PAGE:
Legendary mime artist Marcel Marceau who entertained people in many countries, died at the age of 84 in Paris. He had a gift to communicate with people beyond the barriers of language and is said to have brought poetry to silence with his pantomime art.
To honor the mime master Marcel Marceau, let us turn any celebrities (including famous world figures, characters from paintings, etc.) or politicians into mimes. Please note that mimes differ from clowns, even though there are similarities.
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This contest is fueled by the following news: Mimes ( in Greek - Mimicry ) - Among ancient Greeks and Romans, any dramatic mass shows for lower strata of the society-like performance of acrobatics, magicians etc., turns with songs and dances and at last full spectrum of real - everyday satirical farce. Actors in this type of theatre are also called “Mimes” (imitators).
Born among wide popular masses at different places in Greece, this folklore genre got initial literary elaboration among Greek colonists in the south of Italy, in Sicily; those were the turns with brisk dialogues, torn out from everyday life of local artisans, settlers and who were close to those layers of the society (compare the names of mimes: The fisherman and settler, darners etc.); Literary elaborations of these turns show the interest in them by even educated higher society as well. (Sicily’s tyrants, not without reason, kept spectacles in their courts). This genre was widely popular in Hellenistic era of Greece in IV-III B.C. In these times mimes are created not for theatre but only for artisan’s entertainment and to serve as recreation of high social layers. Herod was a specialist mimeograph who written with “halimabs”( a part of his Mimes were found in Egypt in 1891).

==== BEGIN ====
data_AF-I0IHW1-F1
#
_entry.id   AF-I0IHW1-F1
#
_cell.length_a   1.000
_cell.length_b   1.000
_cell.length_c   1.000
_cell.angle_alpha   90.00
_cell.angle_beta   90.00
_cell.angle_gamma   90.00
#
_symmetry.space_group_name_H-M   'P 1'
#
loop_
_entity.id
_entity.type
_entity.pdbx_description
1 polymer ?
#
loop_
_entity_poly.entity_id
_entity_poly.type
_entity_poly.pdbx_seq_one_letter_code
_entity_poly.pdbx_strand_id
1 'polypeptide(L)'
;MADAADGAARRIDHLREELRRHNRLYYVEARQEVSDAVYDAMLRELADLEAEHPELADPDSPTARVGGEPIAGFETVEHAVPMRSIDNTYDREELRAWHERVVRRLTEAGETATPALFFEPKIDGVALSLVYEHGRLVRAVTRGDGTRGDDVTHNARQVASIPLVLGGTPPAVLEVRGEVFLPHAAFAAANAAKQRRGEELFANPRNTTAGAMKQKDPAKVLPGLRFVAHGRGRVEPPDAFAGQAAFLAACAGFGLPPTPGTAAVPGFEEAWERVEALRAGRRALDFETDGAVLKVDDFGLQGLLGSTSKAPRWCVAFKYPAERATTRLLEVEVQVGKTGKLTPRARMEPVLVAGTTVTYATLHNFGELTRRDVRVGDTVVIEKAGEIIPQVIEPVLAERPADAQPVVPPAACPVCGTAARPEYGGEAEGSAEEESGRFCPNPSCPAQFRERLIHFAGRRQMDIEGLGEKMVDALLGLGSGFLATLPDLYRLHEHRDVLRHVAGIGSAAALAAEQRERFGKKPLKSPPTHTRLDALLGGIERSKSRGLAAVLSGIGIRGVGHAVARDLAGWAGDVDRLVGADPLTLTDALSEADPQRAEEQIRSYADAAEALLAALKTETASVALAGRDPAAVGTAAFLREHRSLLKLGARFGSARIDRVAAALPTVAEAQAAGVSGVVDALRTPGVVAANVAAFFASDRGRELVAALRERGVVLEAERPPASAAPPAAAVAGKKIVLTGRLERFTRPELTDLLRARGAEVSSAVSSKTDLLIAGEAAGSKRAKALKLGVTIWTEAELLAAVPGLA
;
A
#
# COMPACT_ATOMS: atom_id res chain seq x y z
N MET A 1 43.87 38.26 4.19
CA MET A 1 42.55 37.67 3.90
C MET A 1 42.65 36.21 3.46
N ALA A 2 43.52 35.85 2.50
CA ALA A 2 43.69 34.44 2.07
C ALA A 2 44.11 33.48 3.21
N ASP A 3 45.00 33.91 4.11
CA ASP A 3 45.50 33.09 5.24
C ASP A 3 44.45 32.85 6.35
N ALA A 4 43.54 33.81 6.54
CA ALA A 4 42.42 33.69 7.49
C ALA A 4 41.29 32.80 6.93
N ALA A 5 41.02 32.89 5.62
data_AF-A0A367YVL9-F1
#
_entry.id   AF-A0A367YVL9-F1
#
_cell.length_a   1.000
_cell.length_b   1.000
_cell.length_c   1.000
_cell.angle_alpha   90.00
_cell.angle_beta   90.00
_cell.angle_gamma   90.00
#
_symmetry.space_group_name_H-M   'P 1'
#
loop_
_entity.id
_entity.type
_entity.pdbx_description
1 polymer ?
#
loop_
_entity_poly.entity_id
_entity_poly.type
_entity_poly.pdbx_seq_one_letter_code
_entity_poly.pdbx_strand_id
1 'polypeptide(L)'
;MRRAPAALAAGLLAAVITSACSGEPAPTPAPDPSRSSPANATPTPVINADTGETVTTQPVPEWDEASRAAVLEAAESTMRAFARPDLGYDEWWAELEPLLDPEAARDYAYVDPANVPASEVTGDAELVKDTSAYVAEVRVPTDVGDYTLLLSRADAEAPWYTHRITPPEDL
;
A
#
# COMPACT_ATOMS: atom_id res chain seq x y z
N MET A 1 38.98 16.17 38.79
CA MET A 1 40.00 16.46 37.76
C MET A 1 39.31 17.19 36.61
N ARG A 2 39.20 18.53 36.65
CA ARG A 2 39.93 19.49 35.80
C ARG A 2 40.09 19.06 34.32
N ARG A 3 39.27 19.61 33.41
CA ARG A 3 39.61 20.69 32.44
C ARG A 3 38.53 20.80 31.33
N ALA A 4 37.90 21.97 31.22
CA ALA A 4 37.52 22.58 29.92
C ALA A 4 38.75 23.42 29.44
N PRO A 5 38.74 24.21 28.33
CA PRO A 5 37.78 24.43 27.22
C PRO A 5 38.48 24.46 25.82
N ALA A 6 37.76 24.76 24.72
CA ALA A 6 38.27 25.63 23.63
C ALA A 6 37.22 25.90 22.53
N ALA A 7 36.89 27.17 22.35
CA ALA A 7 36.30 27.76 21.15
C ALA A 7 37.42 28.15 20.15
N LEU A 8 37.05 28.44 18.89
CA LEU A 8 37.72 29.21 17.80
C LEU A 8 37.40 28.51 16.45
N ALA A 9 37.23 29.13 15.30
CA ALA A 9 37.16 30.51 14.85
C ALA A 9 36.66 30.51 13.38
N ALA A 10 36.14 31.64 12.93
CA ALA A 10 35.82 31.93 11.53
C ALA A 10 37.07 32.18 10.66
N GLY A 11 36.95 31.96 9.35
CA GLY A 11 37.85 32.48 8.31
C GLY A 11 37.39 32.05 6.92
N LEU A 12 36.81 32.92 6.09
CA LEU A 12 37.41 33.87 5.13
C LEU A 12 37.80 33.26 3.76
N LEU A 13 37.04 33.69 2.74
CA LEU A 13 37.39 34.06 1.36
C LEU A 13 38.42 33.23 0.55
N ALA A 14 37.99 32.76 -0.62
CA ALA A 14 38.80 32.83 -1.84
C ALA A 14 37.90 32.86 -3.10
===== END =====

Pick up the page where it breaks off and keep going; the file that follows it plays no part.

If Gerond, apparently, smeared class acuity of mimes but with mimeographs of this period, mimes ostensibly became an instrument in struggle with ruling classes (parody of pathetics on tragic style, religion and even the mockery of Crowns’ life, for this mimeograph Sotad, for instance, paid with his life). Mimes got wide popularity in Ancient Rome. Flourishing since long in the south of Italy and prevailing in Rome as low masses theatre, mimes firmly mastered stage by the end of II and I B.C., this happened when the victories of democracy sharpened mimes as an useful instrument for class struggle and the theatre had become a place for socio-political satire. Known were the literature elaborated mimes of Syrian slave Publilius and Decimius Laberius (I B.C.), who were patronized by democratically oriented dictator Julius Caesar. Reflecting everyday’s life of petty artisans (painters and rope weavers and etc.) these mimes are often directed against ruling classes- large landowners and others- and sometimes sharply criticizing religion as a bulwark of exploiting top (for ex. Mime
“Carven Diana” and others). Here the dirtiest plots were dominating. Traditional character of mimes was a simpleton, who showered with abuses; Extemporaneous element of Topic A was often crept into the text. Roman mime as a lower class based genre was written in the language of lower layers with all its vulgarisms and slang of town taverns.
New peculiarities speak of mimes in the era of Caesars. Under the aegis of State which was diverting democratic masses from class struggle, mimes are extended into a state-sponsored complicated performance in big theaters, which was called Apotheosis, but it was deprived of mime's previous class acuity; Apotheosis was written in prose but alternatively mixed with: ultra-natural verses, a picaresque dramatic turnings, various whiz-bangs, and other means of enticing fastidious spectators. Here, singers, dancers and even trained animals had performed; actors performed without masks, which induced, as a consequence, accusations of Christian writers.
FATE OF MIMES IN MIDDLE AGES AND RENAISSANCE- Colossal cataclysm in
V B.C, put the lid on existence of Roman Empire, but that did not involve disappearance of mime. Mime’s history continued in subsequent centuries which were marked with transition of slave-owning society to the feudalism, from ancient “pagan” culture to medieval Christian. But residual forms of Roman mime acquired new features of quality in new social surroundings. Strengthening “barbarism” in erstwhile Roman Empire, got expression in “reverse” movement, i.e. from complicated system of exchange economy to simple forms of natural economy, and therefore material grounds for existence of mimic ipothesis, this last big theatre genre of Antiquity gradually fell away.